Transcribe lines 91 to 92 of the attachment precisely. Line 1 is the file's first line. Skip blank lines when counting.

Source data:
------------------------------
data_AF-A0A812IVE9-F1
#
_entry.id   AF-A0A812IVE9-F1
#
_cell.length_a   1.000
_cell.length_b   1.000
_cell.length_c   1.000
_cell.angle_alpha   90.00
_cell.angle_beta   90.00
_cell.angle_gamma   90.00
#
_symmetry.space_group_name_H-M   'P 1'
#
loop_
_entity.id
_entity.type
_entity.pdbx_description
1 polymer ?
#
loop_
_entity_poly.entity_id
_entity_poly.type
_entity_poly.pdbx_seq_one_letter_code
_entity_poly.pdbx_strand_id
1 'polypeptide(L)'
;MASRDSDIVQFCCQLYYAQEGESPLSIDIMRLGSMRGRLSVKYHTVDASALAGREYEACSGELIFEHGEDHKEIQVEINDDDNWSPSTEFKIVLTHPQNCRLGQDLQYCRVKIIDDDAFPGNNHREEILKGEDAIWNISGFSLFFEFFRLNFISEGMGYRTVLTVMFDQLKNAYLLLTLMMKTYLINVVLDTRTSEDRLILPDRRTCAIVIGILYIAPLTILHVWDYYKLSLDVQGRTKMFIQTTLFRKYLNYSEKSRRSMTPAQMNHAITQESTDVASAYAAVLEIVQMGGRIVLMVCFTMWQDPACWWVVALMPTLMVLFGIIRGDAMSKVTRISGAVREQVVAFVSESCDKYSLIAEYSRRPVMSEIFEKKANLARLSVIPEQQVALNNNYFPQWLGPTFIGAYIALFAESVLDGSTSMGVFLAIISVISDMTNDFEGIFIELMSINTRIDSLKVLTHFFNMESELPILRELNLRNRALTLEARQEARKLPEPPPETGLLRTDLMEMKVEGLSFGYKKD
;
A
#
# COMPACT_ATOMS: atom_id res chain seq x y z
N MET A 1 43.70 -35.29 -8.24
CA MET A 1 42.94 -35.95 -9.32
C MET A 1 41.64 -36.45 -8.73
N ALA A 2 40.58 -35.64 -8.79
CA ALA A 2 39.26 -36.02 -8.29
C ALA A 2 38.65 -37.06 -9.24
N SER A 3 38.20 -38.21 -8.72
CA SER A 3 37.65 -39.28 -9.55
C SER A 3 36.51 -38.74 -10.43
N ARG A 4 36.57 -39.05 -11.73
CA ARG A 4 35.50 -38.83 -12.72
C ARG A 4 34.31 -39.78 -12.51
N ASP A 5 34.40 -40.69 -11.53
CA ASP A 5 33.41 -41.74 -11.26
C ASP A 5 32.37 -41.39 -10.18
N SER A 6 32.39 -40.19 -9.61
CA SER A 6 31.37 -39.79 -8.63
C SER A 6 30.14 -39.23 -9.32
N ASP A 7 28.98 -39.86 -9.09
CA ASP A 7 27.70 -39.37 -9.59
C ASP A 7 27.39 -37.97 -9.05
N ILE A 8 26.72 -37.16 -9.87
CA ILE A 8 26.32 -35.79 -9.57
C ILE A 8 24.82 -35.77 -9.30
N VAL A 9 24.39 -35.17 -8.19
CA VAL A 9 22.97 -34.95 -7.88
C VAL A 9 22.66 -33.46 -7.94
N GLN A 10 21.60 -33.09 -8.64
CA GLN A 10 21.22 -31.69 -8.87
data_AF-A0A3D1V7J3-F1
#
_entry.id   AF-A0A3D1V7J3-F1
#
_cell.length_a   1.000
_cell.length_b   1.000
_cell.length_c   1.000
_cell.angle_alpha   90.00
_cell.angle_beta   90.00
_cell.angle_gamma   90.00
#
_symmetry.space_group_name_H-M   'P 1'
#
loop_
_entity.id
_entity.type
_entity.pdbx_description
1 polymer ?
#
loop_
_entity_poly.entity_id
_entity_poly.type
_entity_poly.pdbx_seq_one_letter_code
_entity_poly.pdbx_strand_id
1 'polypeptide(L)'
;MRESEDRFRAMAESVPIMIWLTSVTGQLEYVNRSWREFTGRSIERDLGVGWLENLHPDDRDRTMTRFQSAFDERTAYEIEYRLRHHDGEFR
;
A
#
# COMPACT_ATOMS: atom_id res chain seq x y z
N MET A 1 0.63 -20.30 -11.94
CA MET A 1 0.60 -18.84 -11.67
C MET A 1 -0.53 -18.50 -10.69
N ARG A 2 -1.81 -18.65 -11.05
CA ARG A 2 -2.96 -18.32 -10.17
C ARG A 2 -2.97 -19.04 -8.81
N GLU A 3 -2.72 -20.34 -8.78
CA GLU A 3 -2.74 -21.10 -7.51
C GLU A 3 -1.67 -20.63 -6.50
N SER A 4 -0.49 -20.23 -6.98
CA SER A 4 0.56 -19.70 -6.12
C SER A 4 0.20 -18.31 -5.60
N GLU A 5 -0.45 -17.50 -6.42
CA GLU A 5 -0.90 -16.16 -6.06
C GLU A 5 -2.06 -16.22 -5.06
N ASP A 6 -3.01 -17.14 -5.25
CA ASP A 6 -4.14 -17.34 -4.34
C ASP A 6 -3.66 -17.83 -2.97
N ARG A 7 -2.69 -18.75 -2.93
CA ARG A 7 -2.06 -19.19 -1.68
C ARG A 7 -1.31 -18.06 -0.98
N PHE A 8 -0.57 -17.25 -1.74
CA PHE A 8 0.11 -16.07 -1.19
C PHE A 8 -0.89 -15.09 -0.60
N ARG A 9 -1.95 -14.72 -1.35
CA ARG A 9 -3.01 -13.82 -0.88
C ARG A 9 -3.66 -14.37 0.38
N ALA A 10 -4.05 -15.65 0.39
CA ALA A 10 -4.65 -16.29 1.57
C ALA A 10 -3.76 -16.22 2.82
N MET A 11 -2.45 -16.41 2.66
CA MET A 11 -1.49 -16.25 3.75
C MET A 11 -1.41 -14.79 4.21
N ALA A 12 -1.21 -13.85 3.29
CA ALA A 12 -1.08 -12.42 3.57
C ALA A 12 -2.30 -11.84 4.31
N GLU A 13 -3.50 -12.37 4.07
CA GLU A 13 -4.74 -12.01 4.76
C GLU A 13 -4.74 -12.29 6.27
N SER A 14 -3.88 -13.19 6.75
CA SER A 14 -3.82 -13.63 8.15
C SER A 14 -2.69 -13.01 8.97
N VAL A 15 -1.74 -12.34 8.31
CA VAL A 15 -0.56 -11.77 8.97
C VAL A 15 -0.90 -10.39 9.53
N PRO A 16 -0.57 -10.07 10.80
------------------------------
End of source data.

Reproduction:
CA MET A 1 0.60 -18.84 -11.67
C MET A 1 -0.53 -18.50 -10.69